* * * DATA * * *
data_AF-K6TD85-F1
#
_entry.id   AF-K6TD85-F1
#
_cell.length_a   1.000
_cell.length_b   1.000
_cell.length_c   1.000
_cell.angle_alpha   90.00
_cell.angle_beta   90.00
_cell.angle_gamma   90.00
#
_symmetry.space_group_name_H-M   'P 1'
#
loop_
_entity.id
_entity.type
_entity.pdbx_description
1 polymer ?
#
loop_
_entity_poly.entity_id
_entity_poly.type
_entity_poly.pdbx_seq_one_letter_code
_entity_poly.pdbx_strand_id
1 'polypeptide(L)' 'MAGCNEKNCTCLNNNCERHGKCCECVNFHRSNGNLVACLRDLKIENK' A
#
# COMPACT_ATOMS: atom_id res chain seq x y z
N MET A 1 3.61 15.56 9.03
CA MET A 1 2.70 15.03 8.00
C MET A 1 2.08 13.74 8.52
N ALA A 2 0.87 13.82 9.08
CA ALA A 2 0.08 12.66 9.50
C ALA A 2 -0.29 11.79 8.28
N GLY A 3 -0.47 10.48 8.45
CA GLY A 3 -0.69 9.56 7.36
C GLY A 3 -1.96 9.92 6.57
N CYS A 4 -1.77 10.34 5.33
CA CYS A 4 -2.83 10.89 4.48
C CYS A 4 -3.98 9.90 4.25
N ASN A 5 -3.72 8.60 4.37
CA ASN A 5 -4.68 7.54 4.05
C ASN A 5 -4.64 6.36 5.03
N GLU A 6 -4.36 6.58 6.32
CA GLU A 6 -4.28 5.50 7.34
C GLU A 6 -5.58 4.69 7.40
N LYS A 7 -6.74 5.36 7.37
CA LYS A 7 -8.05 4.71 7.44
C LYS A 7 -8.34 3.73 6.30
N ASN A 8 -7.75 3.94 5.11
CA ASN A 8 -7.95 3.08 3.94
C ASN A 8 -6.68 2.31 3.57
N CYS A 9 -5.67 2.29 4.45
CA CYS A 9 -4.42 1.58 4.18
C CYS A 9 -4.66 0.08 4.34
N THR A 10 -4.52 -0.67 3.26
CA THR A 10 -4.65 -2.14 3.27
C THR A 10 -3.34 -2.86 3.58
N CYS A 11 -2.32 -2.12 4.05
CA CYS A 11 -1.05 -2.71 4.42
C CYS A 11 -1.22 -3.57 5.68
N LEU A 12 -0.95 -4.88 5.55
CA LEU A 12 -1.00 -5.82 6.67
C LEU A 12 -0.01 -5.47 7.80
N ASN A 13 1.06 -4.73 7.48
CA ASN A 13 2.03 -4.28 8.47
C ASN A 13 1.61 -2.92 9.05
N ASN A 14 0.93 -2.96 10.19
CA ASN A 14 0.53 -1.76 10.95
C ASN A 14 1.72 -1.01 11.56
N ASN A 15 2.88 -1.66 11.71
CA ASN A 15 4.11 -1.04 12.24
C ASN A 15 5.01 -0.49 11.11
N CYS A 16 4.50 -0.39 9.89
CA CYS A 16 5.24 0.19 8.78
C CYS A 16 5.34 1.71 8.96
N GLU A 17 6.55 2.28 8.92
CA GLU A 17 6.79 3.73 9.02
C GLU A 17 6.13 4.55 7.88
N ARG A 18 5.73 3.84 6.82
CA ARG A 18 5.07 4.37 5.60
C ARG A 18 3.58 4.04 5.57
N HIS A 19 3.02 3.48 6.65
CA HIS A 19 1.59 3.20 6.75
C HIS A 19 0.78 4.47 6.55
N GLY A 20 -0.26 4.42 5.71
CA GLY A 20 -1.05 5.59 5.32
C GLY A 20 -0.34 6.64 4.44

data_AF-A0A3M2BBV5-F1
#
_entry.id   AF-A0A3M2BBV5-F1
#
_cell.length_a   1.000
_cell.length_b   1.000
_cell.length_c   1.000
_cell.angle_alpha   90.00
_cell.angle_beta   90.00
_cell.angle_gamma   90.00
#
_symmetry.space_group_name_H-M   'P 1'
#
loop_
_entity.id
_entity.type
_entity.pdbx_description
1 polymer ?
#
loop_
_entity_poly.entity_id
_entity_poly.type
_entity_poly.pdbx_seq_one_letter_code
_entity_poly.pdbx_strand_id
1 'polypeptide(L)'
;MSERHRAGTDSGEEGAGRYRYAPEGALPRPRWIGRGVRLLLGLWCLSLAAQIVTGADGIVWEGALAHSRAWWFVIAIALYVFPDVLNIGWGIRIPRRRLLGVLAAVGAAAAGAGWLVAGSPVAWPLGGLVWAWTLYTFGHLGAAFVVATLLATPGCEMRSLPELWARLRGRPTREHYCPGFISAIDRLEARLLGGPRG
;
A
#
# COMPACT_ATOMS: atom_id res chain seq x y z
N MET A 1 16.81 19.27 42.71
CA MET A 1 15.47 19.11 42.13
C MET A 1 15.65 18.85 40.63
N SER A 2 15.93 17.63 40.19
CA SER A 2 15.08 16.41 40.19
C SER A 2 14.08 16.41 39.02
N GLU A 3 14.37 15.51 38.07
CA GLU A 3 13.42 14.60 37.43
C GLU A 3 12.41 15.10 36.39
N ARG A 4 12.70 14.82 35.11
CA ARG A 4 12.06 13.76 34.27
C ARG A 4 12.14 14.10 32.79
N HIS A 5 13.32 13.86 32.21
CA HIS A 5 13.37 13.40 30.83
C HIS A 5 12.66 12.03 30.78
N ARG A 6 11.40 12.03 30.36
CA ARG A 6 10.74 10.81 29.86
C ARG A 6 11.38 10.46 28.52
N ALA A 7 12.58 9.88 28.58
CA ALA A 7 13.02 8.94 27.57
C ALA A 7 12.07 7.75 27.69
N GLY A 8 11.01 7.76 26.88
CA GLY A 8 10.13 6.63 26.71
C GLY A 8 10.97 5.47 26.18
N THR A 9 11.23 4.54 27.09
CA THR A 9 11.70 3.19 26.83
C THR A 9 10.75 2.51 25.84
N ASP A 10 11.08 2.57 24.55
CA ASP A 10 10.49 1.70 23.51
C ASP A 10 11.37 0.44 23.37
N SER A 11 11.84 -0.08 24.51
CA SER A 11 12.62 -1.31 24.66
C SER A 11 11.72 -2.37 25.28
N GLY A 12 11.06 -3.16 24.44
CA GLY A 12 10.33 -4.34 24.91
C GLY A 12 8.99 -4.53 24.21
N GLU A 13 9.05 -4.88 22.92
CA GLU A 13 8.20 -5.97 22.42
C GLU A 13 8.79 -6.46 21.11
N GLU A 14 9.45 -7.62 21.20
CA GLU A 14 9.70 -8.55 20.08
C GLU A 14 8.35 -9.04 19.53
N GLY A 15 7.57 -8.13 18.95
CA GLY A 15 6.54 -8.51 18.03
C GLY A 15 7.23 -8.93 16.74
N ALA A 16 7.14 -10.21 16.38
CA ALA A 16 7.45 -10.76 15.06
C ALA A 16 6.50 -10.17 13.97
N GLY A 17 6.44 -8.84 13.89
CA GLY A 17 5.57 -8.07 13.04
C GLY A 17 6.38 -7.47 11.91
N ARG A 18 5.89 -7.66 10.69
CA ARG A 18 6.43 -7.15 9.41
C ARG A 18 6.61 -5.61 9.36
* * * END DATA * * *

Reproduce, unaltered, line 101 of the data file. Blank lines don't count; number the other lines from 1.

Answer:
loop_